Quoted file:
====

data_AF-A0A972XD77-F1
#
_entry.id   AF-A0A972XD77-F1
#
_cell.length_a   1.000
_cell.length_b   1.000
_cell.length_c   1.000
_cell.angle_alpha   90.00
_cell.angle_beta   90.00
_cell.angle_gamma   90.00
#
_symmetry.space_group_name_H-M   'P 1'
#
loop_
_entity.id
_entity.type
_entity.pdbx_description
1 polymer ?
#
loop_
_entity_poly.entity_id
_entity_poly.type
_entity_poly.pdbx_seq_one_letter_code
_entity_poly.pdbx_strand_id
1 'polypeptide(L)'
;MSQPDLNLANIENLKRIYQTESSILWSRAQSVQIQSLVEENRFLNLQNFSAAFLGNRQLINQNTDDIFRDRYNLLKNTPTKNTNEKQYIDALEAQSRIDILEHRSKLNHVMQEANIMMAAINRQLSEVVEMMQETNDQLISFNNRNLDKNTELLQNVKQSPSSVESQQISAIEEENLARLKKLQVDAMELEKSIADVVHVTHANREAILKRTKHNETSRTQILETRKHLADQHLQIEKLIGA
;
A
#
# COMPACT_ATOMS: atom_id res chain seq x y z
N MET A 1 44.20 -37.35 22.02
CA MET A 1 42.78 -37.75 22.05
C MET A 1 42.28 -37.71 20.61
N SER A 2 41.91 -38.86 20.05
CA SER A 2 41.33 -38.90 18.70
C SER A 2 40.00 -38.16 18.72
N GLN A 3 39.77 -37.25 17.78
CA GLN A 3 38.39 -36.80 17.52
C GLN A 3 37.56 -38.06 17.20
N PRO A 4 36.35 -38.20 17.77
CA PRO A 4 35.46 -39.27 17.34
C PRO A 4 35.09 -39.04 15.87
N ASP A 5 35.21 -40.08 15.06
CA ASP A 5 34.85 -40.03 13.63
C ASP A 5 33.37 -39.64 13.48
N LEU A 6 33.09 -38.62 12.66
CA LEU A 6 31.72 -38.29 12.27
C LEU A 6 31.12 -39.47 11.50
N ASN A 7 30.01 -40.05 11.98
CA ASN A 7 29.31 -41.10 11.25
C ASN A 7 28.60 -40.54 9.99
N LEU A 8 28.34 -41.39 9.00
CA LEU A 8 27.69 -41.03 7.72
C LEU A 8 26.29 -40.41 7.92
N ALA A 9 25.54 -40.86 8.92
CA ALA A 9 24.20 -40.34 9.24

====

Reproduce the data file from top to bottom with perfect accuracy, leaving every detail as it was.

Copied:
data_AF-A0A972XD77-F1
#
_entry.id   AF-A0A972XD77-F1
#
_cell.length_a   1.000
_cell.length_b   1.000
_cell.length_c   1.000
_cell.angle_alpha   90.00
_cell.angle_beta   90.00
_cell.angle_gamma   90.00
#
_symmetry.space_group_name_H-M   'P 1'
#
loop_
_entity.id
_entity.type
_entity.pdbx_description
1 polymer ?
#
loop_
_entity_poly.entity_id
_entity_poly.type
_entity_poly.pdbx_seq_one_letter_code
_entity_poly.pdbx_strand_id
1 'polypeptide(L)'
;MSQPDLNLANIENLKRIYQTESSILWSRAQSVQIQSLVEENRFLNLQNFSAAFLGNRQLINQNTDDIFRDRYNLLKNTPTKNTNEKQYIDALEAQSRIDILEHRSKLNHVMQEANIMMAAINRQLSEVVEMMQETNDQLISFNNRNLDKNTELLQNVKQSPSSVESQQISAIEEENLARLKKLQVDAMELEKSIADVVHVTHANREAILKRTKHNETSRTQILETRKHLADQHLQIEKLIGA
;
A
#
# COMPACT_ATOMS: atom_id res chain seq x y z
N MET A 1 44.20 -37.35 22.02
CA MET A 1 42.78 -37.75 22.05
C MET A 1 42.28 -37.71 20.61
N SER A 2 41.91 -38.86 20.05
CA SER A 2 41.33 -38.90 18.70
C SER A 2 40.00 -38.16 18.72
N GLN A 3 39.77 -37.25 17.78
CA GLN A 3 38.39 -36.80 17.52
C GLN A 3 37.56 -38.06 17.20
N PRO A 4 36.35 -38.20 17.77
CA PRO A 4 35.46 -39.27 17.34
C PRO A 4 35.09 -39.04 15.87
N ASP A 5 35.21 -40.08 15.06
CA ASP A 5 34.85 -40.03 13.63
C ASP A 5 33.37 -39.64 13.48
N LEU A 6 33.09 -38.62 12.66
CA LEU A 6 31.72 -38.29 12.27
C LEU A 6 31.12 -39.47 11.50
N ASN A 7 30.01 -40.05 11.98
CA ASN A 7 29.31 -41.10 11.25
C ASN A 7 28.60 -40.54 9.99
N LEU A 8 28.34 -41.39 9.00
CA LEU A 8 27.69 -41.03 7.72
C LEU A 8 26.29 -40.41 7.92
N ALA A 9 25.54 -40.86 8.92
CA ALA A 9 24.20 -40.34 9.24